Though Anne Fuqua has a six-hour train ride each week from Birmingham, Ala., to Gainesville so she can play with Flowery Branch’s power soccer team, the North Georgia Screamin’ Eagles, she has one thing to say:
“It’s worth it. I love it so much.”
This love for the sport is a common thread among the other team members, who put in the work it takes on and off the court each week to make their team great.
Power soccer, an unconventional version of the sport, can be just as intense and demanding as that played with feet on the field.
Named after the motorized wheelchairs the athletes play in, power soccer combines the logistics of the game with adaptations for the athletes in their wheelchairs. Because it is the fastest-growing sport for those in power wheelchairs, power soccer has reached beyond borders to become an international sport, with approximately 60 teams in the United States under the United States Power Soccer Association.
The Screamin’ Eagles are in the Southeastern League and a member of the Champions Conference, along with 11 other power soccer teams.
There is no age limit for power soccer athletes, and those who play have conditions such as muscular dystrophy, quadriplegia and cerebral palsy, among others.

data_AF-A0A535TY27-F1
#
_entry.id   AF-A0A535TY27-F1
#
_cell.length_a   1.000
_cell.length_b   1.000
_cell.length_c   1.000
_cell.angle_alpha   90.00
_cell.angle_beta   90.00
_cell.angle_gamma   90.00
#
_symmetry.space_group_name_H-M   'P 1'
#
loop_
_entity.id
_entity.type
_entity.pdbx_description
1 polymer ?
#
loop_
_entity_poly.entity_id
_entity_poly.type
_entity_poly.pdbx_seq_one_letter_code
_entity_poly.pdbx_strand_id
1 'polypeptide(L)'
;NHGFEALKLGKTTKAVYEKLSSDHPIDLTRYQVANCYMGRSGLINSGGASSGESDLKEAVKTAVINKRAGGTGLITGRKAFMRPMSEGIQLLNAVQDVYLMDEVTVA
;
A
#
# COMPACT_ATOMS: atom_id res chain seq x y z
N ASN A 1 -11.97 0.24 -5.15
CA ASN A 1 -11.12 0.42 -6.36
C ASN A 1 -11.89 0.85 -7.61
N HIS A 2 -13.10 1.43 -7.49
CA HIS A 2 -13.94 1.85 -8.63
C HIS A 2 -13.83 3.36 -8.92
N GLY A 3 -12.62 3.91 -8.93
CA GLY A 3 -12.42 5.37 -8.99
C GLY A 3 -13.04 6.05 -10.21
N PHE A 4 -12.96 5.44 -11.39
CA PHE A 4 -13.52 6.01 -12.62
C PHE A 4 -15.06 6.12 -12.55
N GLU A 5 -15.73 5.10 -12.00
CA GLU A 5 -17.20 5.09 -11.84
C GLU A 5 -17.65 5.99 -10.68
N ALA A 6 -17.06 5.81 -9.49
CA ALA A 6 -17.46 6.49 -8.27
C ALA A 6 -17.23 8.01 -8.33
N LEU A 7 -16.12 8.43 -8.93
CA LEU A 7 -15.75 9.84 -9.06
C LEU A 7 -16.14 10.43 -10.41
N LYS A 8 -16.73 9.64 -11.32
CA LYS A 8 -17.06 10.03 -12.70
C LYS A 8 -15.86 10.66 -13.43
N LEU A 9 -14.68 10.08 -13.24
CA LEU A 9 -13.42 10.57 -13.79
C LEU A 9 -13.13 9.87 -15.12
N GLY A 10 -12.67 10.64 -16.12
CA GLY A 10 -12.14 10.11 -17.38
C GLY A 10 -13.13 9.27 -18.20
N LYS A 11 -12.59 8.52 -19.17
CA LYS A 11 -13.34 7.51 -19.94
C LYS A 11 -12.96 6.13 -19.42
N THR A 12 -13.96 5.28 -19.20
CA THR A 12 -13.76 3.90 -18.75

For Carlin, Anne, Russell, Ricky, Jason and Austin, the athletes who make up the 2012 Screamin’ Eagles, the sport has become a way of life. Most of the Screamin’ Eagles have been playing power soccer for five or six years and competing across the United States in games and tournaments.
Their dedication to the sport and their team comes through not only as they play, but also in their efforts off the court. Several members, such as Fuqua, travel to get to practices in Hall County each week. Fuqua decided to change from her team in Alabama out of her love for the competition the Screamin’ Eagles have been known to bring.
The Screamin’ Eagles look to fundraising each season to find those who are willing to sponsor their team for needs such as travel to tournaments across the Southeast and other competitive necessities. This year, the team plans to have several community events for the public to take part in and learn more about power soccer as well as help raise funds.
The Screamin’ Eagles’ coach, Russell Gregory, said people may not realize the hard work that goes into getting a team ready to compete in power soccer.
“There’s a lot that has to be done here. We have to fill out insurance forms, a bunch of paperwork,” said Gregory.
But he added that the work is worth the effort.
“It’s been a long journey, but it’s a lot of fun. When you get into it, everything else just kind of zones out.”
Although this is his first season coaching, Gregory is no stranger to the sport.
“My friend called me up and said, ‘Do you want to play soccer?’ I was like, ‘Is this some kind of joke?’” said Gregory as he pointed to his legs in the wheelchair.
He has been playing competitively for six years.
This season, the Screamin’ Eagles are hoping to increase public awareness of power soccer by inviting the community to come to their practices, games and fundraisers.